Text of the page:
Marmalade Toast



Oz leaned over the library counter, arm outstretched, fingers grasping. It brought his head into a patch of sunlight and Giles grinned. “’Marmalade toast and a marmalade cat’,” he quoted, taking hold of the back of Oz’s shirt and preventing him from slithering over.

“Got it,” Oz said, his feet kicking as he wriggled back and turned to face Giles. “Pen. Fell,” he said.

“And walking around wasn’t an option?” Giles asked.

“Quicker this way.”

“Actually, it probably wasn’t, but no matter.”

Giles picked up a few books scattered around – Good Lord, had someone actually visted the library and returned these? Miracle of miracles – and showed Oz just how easily the counter could be navigated, giving him a smug, superior and entirely fake smile that Oz skillfully deflected with a blank look of incomprehension.

Honours even, Giles began to enter the books into the computer, glancing up, a little puzzled, as Oz showed no signs of leaving.

“You don’t need to go into the cage for another hour,” he said finally.

“I know.” Oz tilted his head questioningly. “What’s a marmalade cat?”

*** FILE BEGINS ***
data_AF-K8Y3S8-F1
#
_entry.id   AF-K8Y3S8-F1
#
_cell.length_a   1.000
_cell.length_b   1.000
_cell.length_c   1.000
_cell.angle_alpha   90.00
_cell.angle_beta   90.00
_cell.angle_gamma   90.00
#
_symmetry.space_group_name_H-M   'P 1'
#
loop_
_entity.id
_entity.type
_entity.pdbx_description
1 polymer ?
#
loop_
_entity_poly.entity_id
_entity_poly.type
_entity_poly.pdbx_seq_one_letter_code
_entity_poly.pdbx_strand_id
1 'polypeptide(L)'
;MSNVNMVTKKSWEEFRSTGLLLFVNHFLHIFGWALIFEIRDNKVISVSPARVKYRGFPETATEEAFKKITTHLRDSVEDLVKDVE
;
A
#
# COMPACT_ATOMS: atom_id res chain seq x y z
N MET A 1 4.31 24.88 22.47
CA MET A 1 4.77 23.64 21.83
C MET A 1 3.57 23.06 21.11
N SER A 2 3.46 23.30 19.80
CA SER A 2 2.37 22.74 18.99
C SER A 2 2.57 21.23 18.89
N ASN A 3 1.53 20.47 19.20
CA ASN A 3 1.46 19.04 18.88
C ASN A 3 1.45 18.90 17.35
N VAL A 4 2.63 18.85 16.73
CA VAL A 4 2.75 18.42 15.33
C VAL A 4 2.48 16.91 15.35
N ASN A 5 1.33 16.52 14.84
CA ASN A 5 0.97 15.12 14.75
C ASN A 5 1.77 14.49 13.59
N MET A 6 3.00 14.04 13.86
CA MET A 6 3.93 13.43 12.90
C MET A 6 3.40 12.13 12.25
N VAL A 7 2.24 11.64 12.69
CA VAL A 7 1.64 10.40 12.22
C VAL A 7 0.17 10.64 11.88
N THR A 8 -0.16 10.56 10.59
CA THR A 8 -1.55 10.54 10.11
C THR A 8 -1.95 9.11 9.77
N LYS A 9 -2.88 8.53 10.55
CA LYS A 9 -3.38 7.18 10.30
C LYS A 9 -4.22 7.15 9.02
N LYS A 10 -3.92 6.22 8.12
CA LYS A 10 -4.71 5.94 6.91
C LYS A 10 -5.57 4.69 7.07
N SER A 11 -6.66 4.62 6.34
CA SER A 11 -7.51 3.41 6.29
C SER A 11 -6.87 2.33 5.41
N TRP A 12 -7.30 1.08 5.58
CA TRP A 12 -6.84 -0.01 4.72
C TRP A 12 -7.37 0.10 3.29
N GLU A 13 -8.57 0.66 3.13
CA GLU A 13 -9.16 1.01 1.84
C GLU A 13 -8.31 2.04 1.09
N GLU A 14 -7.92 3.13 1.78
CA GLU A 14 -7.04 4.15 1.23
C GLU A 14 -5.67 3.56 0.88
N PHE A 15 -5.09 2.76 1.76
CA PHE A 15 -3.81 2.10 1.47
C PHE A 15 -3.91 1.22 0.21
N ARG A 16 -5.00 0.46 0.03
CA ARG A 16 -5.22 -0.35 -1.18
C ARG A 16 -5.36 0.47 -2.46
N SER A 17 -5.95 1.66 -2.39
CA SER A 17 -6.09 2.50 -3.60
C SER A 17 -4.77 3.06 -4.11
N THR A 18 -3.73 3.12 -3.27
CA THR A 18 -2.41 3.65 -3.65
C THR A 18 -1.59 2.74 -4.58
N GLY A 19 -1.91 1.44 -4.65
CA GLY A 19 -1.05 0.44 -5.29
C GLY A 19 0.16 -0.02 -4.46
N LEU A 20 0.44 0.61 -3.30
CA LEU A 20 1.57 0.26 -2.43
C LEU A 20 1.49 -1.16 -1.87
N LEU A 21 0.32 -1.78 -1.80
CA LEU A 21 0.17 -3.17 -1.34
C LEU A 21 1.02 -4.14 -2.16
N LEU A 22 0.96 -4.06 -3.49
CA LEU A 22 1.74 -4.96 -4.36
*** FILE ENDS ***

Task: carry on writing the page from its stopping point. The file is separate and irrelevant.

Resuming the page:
“Hmm? Oh!” Giles looked a little sheepish. “It was your hair,” he said. “It reminded me of a poem I used to read to my young cousins, a long time ago. There was a verse for each colour and that was one of the lines for –”

“Orange?” Oz finished.

“Yes.”

“Huh. Cool.”

Oz hitched up his jeans, nodded at Giles and turned away.

“What colour is it really?” Giles said suddenly.

Oz paused. “Not sure I remember. Brown, I guess. Was there a verse for that?”

“No, I don’t think there was.” Giles pursed his lips. “You sometimes have it black, don’t you?”

Oz glanced back at him. “Sometimes.”

Giles smiled with the satisfaction of one who knows he has the perfect quotation. “Oh, Willow would think that very apt!” He hesitated a second and then recited, “’Shiny boots, a witch’s hat, Black cloak, black cat; Black crows cawing high, Winter trees against the sky.’”

Oz considered that for a long moment and nodded. “I’ll tell her,” he said gravely. “Might get pissed at the stereotyping though.”

Giles rolled his eyes. “Oh, spare me! I’m old and English; I get allowances made for me.”

“So what’s your favourite colour?” Oz asked politely.

Giles shrugged. “It varies, which means I don’t have one, I suppose. If you mean in the poem, I’d have to go for green. There was this line about the grass being like a green sea...” He shook himself free of the memories and went back to work as Oz, after a thoughtful look, left for class.

The next day Oz’s hair was lettuce green, and an Irish grandfather and it being March 17th wasn’t enough to save him from Principal Snyder’s wrath.

But Giles smiled every time he saw the flash of soft colour and missed it when Oz, bored, reverted to marmalade again.


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A/N The poem Giles quotes is called 'Colours'  by Shirley Hughes